Mineral Springs Mall
ALTON — Reportedly one of the most haunted locations in the Riverbend, the Mineral Springs Mall, now has a new entity roaming its hallways.
Dan Hornsey of Dan’s Upholstery in Alton has owned the crumbling building at 301 E. Broadway for 50 days and in that time, he has acquired three new tenants, begun renovations on five apartments and hauled out load after load of debris. The building was purchased as an auction sale for $95,000, with additional fees of approximately $15,000.
Hornsey said when he acquired the property, it was losing $150 to $175 per day.
“I got the taxes knocked down, the insurance knocked down, and renegotiated the leases with the current tenants, and now things are looking good,” he said.
Whotts Not and Aunt Sha’s Cottage Furniture resale shops and the In-Zone Barber Shop, along with the Mineral Springs Haunted Tours and the Historic Museum of Torture Devices, will be staying open for business in the mall. Joining them will be new tenants J and K Trash to Treasures, It’s Raining Zen (a New Age shop relocating from the Alton Exchange Antique Mall) and a photography studio.
Hornsey said on the upper levels, two apartments are ready for rent, with three more still under renovation.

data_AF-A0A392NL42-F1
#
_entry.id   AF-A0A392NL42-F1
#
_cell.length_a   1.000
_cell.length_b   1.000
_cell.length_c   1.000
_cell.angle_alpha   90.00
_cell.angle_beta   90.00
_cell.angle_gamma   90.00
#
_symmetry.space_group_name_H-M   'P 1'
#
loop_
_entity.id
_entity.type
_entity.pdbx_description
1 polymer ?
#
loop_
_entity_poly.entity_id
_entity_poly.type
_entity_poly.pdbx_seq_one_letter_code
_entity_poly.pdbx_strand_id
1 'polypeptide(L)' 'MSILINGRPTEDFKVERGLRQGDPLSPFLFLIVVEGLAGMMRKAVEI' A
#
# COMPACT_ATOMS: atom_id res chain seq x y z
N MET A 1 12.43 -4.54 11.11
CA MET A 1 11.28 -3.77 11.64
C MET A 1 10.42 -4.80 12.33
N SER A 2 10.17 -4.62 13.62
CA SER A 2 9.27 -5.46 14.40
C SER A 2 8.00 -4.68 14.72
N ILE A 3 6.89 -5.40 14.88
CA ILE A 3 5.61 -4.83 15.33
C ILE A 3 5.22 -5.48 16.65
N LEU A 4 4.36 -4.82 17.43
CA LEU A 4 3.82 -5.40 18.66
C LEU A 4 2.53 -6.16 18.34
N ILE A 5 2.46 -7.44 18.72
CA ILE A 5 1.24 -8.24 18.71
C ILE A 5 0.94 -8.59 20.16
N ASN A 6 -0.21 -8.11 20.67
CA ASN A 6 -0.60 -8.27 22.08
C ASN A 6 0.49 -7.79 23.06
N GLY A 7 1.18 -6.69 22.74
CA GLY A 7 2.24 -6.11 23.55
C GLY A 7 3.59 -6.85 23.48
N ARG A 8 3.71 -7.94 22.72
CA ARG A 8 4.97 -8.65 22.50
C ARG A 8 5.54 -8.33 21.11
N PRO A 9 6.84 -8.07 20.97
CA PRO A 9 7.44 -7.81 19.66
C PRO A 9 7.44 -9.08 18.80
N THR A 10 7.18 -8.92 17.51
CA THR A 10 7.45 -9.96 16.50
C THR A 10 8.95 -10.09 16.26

“I thought about renting some of those out by the week or the month for people who may be coming through while using their boats,” Hornsey said. “However it pans out, I am looking at strictly rental.”
The Crystal Room is already being rented out for events, and Hornsey said his phone has been “ringing off the hook” to use the banquet area for upcoming music events and more.
“This just goes to show you there is a definite demand for that space,” Alton Main Street Executive Director Sara McGibany said.
Mineral Springs Mall has gone through a number of landlords, most recently with new owners in 2010 and as a donated property to Mercy Real Estate last year. In its heyday, the more than 100-year-old structure opened in 1914 as a luxury hotel with a “mineral spring” pool rumored to be able to heal afflictions.
In the years since, it has transitioned to a mall, with most of the businesses leaving as the building began to decay and feel the effects of years of neglect.
“I am looking forward to seeing what can be done with this place,” Hornsey said. “(Mineral Springs Haunted Tours owner) Janet (Kolar) said there is blood pumping in this place again, and that is a good way to put it.”
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